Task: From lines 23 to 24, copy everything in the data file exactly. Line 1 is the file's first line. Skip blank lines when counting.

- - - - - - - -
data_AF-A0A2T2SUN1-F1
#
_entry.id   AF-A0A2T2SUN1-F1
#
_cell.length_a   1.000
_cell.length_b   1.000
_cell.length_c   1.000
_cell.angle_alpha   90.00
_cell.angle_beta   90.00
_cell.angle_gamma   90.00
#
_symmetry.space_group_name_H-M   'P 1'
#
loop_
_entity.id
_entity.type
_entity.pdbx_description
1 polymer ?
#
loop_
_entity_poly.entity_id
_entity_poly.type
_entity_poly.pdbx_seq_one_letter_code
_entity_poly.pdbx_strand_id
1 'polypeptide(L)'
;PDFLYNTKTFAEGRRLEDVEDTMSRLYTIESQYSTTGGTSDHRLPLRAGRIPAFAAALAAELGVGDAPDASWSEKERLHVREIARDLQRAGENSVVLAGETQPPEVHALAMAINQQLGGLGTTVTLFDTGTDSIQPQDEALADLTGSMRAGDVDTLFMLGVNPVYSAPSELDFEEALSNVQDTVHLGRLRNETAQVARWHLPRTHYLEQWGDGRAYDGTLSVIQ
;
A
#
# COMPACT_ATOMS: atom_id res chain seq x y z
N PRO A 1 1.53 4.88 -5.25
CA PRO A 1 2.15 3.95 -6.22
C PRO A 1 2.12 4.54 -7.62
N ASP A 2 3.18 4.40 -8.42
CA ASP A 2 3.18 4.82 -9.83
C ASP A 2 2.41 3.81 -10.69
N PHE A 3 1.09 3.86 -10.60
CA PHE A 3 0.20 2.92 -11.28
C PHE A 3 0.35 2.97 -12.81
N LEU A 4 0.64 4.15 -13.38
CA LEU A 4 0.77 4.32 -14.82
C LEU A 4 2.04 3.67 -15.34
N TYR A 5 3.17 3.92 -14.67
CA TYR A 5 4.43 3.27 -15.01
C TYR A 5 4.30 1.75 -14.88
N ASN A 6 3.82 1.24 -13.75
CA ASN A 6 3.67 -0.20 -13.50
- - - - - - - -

_entity_poly.pdbx_seq_one_letter_code
_entity_poly.pdbx_strand_id